His pipe had gone out, thank COBOL, but he still had the wit to relight the thing.
Simple is where the wild pointer comes from. He sucked industriously and the flame went up and down with his eyebrows. It’s easier to implement a language if you don’t have to create things like strings as a proper type, instead have a pointer to a place in memory that contains the strings and write a couple of libraries if you feel generous that will allow you to do things like compare them and copy them (copying came later after everyone had written their own bug filled routine). In the same vein an array and a pointer are the same thing, a string is an array of characters, and everything is a sixteen bit integer anyway. Just for laughs make the library routines have completely unmemorable names and slightly different, but very simple, conventions. Multidimensional arrays are arrays of pointers; so you’ve got pointers to pointers ad infinitum. Then add in the fun-filled idea that a comma is an operator so an inexperienced Pascal programmer will not use a but a[0,1], which is valid but not what was intended – who knows what it means? I can’t remember. Oh yes, arrays start from 0 too. All this is post Pascal, which was a good attempt to make life easier for the programmer and simply didn’t have all of these weaknesses, but it was meant for teaching and didn’t have the low-level stuff in a standard form.
But the consequences of such glorious simplicity, grasshopper, the consequences are bad for all momma’s li’l chil’n. Unless you are a black belt computer science type you won’t understand half of this and not have the discipline necessary to make it go.
So what happens, master? The pipe was out and I was saying nothing – he will insist on smoking toffee tobacco, which smells of burnt sugar.
People write simple programs that work. But they aren’t correct, they don’t check for errors because the language doesn’t help you do this easily and it isn’t part of the culture. Some compilers will initialise variables and some won’t. Code will go across machines from different vendors without any problem. But it is still incorrect.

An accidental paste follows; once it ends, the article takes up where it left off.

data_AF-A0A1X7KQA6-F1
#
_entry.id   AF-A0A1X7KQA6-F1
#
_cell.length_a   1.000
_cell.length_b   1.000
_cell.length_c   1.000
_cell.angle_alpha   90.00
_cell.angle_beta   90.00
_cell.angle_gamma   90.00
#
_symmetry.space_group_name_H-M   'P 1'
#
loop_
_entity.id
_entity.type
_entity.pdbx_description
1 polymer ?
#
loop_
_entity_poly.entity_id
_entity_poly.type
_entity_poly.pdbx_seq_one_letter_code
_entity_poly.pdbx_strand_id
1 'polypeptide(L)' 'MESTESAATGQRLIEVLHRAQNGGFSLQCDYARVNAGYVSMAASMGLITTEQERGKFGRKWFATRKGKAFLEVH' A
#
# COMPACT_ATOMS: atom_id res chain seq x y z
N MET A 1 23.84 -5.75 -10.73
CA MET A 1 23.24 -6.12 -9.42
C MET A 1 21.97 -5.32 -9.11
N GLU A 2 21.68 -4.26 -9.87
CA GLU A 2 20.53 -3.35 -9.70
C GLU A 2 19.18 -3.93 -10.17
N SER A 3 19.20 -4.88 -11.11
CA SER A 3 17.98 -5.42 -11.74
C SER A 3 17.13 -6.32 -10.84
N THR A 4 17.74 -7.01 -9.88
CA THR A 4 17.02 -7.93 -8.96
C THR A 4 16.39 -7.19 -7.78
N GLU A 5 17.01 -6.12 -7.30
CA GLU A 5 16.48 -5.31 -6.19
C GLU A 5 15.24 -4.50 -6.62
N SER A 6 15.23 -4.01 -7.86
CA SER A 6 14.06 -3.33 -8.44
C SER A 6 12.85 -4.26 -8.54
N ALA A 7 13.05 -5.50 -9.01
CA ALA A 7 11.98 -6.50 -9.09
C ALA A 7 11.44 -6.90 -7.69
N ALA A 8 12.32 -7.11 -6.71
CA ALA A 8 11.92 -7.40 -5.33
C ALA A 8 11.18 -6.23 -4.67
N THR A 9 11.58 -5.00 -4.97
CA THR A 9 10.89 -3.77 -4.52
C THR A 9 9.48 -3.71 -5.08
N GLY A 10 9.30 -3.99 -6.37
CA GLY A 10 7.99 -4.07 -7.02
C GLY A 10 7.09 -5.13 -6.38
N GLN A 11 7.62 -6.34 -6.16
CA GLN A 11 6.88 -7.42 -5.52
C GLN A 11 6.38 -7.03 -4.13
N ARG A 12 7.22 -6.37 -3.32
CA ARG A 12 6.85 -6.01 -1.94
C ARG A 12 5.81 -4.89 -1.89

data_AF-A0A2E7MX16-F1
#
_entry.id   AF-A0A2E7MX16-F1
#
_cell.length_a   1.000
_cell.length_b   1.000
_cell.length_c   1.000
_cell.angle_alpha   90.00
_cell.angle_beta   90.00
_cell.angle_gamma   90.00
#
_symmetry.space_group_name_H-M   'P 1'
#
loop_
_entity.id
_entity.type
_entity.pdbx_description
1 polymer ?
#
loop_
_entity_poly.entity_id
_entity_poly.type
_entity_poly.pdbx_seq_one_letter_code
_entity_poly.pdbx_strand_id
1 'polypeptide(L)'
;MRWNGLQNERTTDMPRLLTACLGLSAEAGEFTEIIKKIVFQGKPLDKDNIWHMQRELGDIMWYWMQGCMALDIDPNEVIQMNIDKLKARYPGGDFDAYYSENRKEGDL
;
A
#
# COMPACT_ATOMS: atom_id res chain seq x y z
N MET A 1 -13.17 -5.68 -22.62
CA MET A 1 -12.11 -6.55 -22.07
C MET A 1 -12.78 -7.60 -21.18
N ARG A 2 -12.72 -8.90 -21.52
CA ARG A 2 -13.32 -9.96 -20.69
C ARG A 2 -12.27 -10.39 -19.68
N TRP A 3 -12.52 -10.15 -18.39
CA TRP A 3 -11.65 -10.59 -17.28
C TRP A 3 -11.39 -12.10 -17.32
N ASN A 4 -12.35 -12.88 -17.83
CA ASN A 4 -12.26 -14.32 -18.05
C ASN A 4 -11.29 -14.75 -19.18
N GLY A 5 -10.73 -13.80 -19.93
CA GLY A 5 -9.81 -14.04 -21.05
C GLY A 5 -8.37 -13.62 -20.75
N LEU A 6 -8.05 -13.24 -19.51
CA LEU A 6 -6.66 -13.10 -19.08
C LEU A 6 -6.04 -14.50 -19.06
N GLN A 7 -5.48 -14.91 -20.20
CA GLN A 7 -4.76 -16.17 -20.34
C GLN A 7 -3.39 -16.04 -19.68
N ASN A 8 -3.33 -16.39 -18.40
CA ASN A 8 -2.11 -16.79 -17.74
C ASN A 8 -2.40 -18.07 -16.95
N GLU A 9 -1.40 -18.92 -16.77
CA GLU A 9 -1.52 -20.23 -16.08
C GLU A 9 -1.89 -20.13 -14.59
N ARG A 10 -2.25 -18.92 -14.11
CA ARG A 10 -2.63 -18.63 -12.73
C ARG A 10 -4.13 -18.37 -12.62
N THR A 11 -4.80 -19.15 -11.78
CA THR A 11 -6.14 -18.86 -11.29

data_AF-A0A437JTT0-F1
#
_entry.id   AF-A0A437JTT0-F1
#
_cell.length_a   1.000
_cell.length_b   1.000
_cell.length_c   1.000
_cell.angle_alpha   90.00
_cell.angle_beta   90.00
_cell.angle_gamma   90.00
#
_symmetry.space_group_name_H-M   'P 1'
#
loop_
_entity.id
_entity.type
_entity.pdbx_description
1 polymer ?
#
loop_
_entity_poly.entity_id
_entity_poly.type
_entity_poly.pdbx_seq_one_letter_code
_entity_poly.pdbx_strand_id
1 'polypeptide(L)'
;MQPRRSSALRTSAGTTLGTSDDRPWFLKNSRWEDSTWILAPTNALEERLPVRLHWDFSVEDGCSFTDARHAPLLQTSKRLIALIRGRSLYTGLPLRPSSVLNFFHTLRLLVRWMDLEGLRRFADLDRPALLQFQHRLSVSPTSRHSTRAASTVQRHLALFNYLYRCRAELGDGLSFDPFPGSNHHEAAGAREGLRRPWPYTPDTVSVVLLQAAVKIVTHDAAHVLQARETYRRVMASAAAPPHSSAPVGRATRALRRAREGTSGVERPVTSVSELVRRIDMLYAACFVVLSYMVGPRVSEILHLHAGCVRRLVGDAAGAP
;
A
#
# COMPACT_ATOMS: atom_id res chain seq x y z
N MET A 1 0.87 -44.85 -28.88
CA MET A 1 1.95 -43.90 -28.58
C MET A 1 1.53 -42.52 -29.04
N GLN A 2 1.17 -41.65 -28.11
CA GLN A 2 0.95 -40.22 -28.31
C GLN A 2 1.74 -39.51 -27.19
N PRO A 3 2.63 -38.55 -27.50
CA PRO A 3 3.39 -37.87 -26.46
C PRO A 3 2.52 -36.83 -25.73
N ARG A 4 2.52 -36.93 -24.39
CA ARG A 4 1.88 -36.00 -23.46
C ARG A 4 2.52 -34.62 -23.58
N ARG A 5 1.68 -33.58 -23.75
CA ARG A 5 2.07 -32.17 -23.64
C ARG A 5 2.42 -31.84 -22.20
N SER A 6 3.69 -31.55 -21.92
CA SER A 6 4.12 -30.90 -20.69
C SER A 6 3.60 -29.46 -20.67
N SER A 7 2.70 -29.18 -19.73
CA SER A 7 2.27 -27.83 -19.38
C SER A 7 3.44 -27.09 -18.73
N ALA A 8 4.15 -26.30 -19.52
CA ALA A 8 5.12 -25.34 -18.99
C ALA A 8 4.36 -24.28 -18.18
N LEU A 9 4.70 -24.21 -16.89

The wet end of the pipe came out of his mouth.
Then you fill up a file system and the machine crashes badly and destroys a load of work, and no-one knows why. Then you have a pointer you allocated and deallocated memory to without setting back to the empty value that messes all over something you wanted to keep, but only sometimes, because you needed to reinitialise it but had no way of finding this out. Then you have a situation where your program fails, even when it seems OK, and it can be fixed by you changing the order you declare your variables. But is it then correct? Do you trust it?
Underneath everything is an integer that is cast into different roles depending upon what it is supposed to do. This means that everything is nothing, everyone has to think like the foraging compiler. How many people are that good? Not many, and even the good ones need time to make their mistakes and learn. Even the good ones can be wrong sometimes. Every crappy little four line routine manipulating strings needs to be thoroughly tested and you know in your heart that someone already wrote the same routine a thousand times.
Is it any wonder software is so expensive to write?